Islamist militant attacks, gasoline shortages, worsening violence over grazing land, simmering unrest in the southeast — the crises keep mounting for Nigerian President Muhammadu Buhari less than a year before general elections.
The most recent setback came on March 1 when suspected Boko Haram Islamist militants killed three United Nations aid workers and eight soldiers in an attack in the northeastern town of Rann, about two weeks after they kidnapped more than 100 schoolgirls aged 11-19 in the same region. The actions have undermined the government’s claim to have “technically defeated” the group.
“There will be consequences politically; it’s a huge blow to soldier morale,” said Cheta Nwanze, an analyst at Lagos-based SBM Intelligence risk advisory. “It just adds to Buhari’s woes.”
While Buhari, 75, hasn’t said whether he will run for re-election, his ruling All Progressives Congress has backed him to do so, and he remains popular in his political base in the mainly Muslim north.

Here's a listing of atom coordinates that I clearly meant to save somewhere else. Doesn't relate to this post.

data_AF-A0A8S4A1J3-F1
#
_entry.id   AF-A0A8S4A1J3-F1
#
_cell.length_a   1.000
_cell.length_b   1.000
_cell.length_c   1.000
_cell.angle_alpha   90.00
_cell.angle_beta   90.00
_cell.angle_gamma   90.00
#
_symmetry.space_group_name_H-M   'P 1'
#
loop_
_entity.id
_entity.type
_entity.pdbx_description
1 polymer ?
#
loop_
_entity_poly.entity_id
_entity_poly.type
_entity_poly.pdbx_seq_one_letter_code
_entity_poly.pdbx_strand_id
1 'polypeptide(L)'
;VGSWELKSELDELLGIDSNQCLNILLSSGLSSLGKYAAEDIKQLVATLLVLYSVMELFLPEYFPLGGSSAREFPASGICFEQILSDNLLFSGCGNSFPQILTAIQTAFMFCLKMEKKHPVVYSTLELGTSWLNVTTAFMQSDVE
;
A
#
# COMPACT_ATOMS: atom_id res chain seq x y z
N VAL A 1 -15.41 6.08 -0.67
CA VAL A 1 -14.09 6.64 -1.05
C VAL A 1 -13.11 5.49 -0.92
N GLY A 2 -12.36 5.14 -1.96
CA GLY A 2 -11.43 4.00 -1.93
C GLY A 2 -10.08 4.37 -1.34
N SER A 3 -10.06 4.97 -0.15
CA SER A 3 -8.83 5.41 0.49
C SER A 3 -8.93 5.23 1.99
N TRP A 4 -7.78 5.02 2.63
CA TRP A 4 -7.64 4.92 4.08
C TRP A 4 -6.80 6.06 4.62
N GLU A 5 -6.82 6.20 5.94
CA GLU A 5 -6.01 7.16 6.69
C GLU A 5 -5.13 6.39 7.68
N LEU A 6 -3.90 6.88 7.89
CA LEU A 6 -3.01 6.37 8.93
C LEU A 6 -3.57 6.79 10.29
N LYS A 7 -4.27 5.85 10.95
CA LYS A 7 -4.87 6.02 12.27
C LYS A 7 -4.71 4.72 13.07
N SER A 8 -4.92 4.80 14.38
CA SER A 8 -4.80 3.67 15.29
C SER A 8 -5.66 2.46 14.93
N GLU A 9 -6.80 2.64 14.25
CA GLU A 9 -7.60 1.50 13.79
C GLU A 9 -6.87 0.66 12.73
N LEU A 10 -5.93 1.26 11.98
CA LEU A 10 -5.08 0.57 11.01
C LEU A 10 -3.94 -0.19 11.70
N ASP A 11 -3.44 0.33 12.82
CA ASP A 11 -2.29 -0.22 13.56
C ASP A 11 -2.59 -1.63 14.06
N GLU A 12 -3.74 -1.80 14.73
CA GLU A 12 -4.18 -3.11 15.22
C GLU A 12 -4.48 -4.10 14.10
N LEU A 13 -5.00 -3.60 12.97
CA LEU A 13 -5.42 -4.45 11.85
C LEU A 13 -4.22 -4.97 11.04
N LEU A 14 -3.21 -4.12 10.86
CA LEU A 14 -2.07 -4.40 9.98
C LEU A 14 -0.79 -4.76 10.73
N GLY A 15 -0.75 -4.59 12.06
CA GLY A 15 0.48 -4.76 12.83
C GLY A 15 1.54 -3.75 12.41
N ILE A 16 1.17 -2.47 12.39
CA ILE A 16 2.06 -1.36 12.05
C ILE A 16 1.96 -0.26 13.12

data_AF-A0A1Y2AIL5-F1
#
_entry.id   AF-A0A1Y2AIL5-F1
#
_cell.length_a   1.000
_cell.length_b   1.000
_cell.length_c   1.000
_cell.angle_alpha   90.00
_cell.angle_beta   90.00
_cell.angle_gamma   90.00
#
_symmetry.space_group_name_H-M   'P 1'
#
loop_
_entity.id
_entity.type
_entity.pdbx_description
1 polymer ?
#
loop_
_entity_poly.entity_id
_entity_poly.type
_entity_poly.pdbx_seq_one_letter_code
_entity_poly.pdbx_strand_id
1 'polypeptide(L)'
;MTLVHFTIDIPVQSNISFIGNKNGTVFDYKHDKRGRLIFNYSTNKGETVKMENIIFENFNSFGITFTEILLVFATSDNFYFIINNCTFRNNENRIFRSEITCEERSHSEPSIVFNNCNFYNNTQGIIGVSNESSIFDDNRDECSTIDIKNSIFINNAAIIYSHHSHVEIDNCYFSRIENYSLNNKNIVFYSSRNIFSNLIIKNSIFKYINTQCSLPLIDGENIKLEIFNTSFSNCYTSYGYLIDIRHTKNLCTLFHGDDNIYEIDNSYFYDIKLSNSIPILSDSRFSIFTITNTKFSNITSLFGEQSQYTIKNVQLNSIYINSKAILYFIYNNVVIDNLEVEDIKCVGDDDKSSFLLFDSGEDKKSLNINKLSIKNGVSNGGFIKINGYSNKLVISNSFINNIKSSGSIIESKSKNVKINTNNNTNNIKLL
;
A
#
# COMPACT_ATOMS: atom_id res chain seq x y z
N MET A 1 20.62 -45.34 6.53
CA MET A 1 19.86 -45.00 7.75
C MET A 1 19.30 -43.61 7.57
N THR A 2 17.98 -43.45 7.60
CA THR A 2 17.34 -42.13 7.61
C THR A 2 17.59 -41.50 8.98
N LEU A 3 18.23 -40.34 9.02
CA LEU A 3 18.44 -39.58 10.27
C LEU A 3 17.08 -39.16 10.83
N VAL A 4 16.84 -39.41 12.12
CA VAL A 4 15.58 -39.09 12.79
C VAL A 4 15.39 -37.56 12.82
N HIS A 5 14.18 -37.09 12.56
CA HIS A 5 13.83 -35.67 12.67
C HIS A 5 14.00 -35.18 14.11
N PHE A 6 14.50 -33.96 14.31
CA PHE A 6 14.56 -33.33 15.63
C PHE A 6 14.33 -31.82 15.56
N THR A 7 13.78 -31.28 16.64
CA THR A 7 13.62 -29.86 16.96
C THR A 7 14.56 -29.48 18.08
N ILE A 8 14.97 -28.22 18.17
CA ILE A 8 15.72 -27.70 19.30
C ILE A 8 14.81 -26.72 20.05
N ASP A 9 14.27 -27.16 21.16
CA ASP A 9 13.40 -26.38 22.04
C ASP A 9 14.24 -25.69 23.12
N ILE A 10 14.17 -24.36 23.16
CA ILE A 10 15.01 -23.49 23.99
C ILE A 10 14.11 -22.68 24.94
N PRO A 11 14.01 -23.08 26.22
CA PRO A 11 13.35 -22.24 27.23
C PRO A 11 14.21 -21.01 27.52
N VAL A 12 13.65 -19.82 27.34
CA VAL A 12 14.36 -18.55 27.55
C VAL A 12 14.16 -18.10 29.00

Yet he spent more than five months in London last year being treated for an undisclosed illness, and the coalition that brought him to power shows signs of fraying.
On Monday, Buhari started a visit to five states that have been gripped by violence in recent months, including Yobe, where the girls were kidnapped, his office said in an emailed statement.
The government’s much-vaunted anti-graft war also suffered a blow when Berlin-based Transparency International’s latest global corruption-perception index released last month showed Nigeria had dropped 12 places under Buhari to 148 out of 172 countries.
In his plus column, the main opposition People’s Democratic Party hasn’t recovered from its loss in 2015 and is in disarray.
While gasoline shortages are causing havoc for motorists, the economy of Africa’s top oil producer is also looking brighter, with the Abuja-based National Bureau of Statistics saying it may expand 2.1 percent this year after growth of 0.8 percent last year and a contraction of 1.6 percent in 2016.
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